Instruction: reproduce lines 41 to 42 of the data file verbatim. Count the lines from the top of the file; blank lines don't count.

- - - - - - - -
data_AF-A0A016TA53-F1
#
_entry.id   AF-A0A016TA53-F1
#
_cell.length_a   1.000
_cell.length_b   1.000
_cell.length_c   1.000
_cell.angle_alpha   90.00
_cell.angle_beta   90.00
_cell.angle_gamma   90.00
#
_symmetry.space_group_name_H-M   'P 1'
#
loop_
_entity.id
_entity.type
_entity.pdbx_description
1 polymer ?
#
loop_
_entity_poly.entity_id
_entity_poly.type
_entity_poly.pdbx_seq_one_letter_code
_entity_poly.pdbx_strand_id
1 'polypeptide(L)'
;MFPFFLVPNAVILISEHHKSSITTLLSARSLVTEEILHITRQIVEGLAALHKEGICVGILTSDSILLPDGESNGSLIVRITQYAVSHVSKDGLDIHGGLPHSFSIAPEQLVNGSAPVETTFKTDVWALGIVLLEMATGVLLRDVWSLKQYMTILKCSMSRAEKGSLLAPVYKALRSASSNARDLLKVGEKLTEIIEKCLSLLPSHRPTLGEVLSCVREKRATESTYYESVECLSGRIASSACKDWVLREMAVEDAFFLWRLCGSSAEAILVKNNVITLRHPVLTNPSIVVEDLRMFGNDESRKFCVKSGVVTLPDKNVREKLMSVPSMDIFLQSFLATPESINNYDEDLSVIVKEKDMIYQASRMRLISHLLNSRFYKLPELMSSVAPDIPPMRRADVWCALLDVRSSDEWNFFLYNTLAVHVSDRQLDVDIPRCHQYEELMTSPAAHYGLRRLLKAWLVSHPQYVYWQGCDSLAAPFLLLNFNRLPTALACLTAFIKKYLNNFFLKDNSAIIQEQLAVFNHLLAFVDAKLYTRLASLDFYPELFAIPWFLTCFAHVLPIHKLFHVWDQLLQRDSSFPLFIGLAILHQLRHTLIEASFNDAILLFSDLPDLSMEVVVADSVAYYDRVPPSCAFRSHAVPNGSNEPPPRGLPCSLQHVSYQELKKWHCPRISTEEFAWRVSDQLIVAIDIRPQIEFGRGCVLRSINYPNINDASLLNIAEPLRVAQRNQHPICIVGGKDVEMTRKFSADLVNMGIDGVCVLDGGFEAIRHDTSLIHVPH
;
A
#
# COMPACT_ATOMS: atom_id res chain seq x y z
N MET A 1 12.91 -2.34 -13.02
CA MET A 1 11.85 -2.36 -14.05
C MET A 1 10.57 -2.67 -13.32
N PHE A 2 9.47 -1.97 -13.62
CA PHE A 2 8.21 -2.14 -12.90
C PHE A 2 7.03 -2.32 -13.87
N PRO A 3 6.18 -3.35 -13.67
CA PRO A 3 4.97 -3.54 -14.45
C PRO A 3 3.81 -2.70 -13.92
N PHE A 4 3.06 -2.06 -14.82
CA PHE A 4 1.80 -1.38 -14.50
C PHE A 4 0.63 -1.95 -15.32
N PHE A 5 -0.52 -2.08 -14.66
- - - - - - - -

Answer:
CA PHE A 4 1.80 -1.38 -14.50
C PHE A 4 0.63 -1.95 -15.32